Improved Ejacultory Control And Sexual Satisfaction In Pilot Study Of Men Taking Hypericum Perforatum Extract
T Cannon-Smith, J Kaufman
hypericum perforatum, male sexual dysfunction, penis, premature ejaculation
T Cannon-Smith, J Kaufman. Improved Ejacultory Control And Sexual Satisfaction In Pilot Study Of Men Taking Hypericum Perforatum Extract. The Internet Journal of Nutrition and Wellness. 2006 Volume 3 Number 2.
The most common male sexual dysfunction is premature ejaculation (PE) and yet there are no approved currently effective therapies. Based on research that
Sixteen men who desired longer sexual intercourse and without erectile dysfunction were treated with
All 16 subjects completed the study (average age 35.0 ± 4.6 years old). There was a significant increase in mean IELT times from 246±29 to 331±34 seconds (p<0.002) in subjects taking hyperforin extract. Fourteen of 16 men (87.5%) reported an improvement in IELT. The increase was seen in both the men who reported PE as bothersome and those who did not feel that PE was a problem for them. There was also significant increase in male satisfaction scores from 3.8±0.27 to 4.25 ±0.21 (p<0.03). Female satisfaction scores also showed a significant increase from 4.9±0.27 to 5.2±0.23 (p<0.04). This pilot study was limited by the lack of placebo control. No systemic or adverse effects on erectile function or orgasm were reported.
Hyperforin extract of
Premature ejaculation (PE) is a common, embarrassing and significantly undertreated medical condition that affects men and their partners. Approximately one third of sexually active men in the United States report this condition. Though, the prevalence of PE is approximately twice that of erectile dysfunction (ED), many healthcare practitioners have few treatment options for most men with PE [1,2].
The neurotransmitter 5-HT has been implicated in the control of many autonomic and behavioral functions including ejaculation. The link between 5-HT and ejaculation is most likely mediated by the medial preoptic area and paraventricular nucleus of the hypothalamus as these regions have been shown to integrate the sexual responses of men [3,4]. Several lines of evidence suggest that an enhanced synaptic availability of 5-HT in the central nervous system results in an inhibition of ejaculation [5,6,7]. From this perspective, PE is associated with an ejaculation reflex that is genetically “set” at a lower point [8,9].
There are currently no pharmacotherapies specifically approved for the treatment of PE, but a number of selective serotonin reuptake inhibitors (SSRIs) such as paroxetine, sertraline and fluoxetine have been prescribed “off label” as a treatment strategy for PE symptoms [2,10]. Placebo controlled clinical trials have shown fluoxetine, paroxetine, and sertraline increase IELT. A randomized, double-blind, placebo-controlled study found that paroxetine significantly improved PE complaints. After 6 weeks of treatment fluoxetine, paroxetine, and sertraline all significantly increased the mean IELT above the placebo group .
Daily treatment with SSRIs can lead to the desired delay in the ejaculation, but their use is associated with side effects that include: nausea, drowsiness, cognitive impairments, anticholinergic and sexual side-effects. Specific unintended sexual effects include abnormal ejaculation, decreased libido, reduced sexual desire, and genital anesthesia . Further drawbacks of SSRIs include the slow onset of action of and relatively long half-life of these agents with the risk of accumulation and an exacerbation of SSRI-related adverse events [1,11]. Side effects with chronic SSRI use to treat PE is otherwise healthy young men with PE would not be generally accept.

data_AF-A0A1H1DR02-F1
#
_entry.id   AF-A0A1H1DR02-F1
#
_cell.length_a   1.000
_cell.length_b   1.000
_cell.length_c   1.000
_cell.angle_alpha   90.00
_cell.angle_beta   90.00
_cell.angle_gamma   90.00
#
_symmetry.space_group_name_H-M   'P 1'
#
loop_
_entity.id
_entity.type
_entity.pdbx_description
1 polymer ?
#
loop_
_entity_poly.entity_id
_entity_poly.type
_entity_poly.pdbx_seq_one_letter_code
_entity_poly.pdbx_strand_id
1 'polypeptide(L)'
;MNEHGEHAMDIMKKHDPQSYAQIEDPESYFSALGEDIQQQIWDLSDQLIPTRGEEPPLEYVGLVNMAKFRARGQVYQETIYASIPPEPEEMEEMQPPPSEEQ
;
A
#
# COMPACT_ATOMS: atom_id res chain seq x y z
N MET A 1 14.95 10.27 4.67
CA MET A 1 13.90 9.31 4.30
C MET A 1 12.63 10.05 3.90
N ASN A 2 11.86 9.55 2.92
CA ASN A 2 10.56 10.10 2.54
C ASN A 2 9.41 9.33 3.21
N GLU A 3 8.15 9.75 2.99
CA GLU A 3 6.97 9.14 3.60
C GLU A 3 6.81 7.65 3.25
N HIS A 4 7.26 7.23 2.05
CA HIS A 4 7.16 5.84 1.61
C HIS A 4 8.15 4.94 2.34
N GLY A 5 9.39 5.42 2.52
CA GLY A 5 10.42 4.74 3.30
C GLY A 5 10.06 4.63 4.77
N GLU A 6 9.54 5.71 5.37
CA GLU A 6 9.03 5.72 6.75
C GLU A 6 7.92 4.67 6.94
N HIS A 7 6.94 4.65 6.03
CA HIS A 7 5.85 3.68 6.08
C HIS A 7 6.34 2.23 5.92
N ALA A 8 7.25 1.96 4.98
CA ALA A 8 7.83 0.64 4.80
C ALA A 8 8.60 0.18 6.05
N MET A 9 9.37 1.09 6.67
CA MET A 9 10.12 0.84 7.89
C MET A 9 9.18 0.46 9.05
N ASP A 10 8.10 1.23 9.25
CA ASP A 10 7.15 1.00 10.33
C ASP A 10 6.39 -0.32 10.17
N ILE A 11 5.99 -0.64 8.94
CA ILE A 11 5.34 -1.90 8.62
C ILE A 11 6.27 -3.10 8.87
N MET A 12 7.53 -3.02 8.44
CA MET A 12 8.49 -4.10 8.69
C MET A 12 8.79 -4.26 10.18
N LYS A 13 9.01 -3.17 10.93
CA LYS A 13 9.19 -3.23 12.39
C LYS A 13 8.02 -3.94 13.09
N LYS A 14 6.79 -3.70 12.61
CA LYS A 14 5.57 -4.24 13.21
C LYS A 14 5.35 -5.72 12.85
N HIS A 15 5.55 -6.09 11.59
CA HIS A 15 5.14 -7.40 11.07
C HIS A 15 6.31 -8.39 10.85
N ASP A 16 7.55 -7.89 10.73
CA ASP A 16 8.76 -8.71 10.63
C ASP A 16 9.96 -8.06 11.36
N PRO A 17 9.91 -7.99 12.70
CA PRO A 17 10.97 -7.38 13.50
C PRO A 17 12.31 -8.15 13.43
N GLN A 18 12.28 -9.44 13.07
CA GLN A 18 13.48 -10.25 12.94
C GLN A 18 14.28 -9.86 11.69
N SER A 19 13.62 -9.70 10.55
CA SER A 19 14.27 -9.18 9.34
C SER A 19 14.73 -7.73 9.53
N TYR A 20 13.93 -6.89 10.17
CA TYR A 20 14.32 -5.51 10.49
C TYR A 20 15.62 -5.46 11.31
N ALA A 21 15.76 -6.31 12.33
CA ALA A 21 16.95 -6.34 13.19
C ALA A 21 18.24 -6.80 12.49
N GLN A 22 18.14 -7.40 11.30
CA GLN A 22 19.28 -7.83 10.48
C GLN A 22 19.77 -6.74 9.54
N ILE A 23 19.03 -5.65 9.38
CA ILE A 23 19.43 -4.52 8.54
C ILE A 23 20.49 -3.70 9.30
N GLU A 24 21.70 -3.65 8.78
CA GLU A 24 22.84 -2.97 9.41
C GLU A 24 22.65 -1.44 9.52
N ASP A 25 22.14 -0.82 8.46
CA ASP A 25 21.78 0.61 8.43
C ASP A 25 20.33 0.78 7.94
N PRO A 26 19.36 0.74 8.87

A desired treatment for ejaculatory delay would be an oral formulation that is effective from the first dose. It should have a rapid onset of action and pharmacological half-life that commensurate from the beginning of sexual interest through to the conclusion of mutually satisfying sexual intercourse. Although a drug matching this profile is not currently available, there are candidates in development that have the potential to meet these therapeutic requirements. Dapoxetine, a new SSRI, has demonstrated clinical efficacy in phase-III clinical trials when used immediately before intercourse . Dapoxetine is reported to inhibit the reuptake of norepinephrine and dopamine, but to a lesser extent than serotonin. Dapoxetine was found to have more rapid pharmacokinetics than the existing selective SSRI's. Another drug in development is BMS-505130 which has properties similar to dapoxetine. This drug is a short-acting potent SSRI that binds to the serotonin transporter at much lower concentration than the sodium or DA transporters .
Men having a desire for a longer duration of sexual intercourse were enrolled in this study. Inclusion criteria included: age 18–65 years, in a steady sexual relationship with one person and willing to have intercourse at least twice weekly. Exclusion criteria included the presence of an organic cause for PE (anatomical abnormality), genital infection, erectile dysfunction, depression or treatment with antidrepressants or any neurological disorder. After a medical and sexual evaluation, participants were instructed to complete a sexual diary. Partners were asked to measure intravaginal ejaculatory latency time (IELT) with a stopwatch for two weeks to capture baseline data and this diary was also used to record IELT throughout the testing period of 4 weeks. Sixteen of the initial 25 men completed the baseline IELT diary and these 16 were then directed to take a rapid dissolving oral tablet formulated with a 20 mg dose of hyperforin at least 15-30 minutes before intercourse over the next four weeks. Extraction of hyperforin from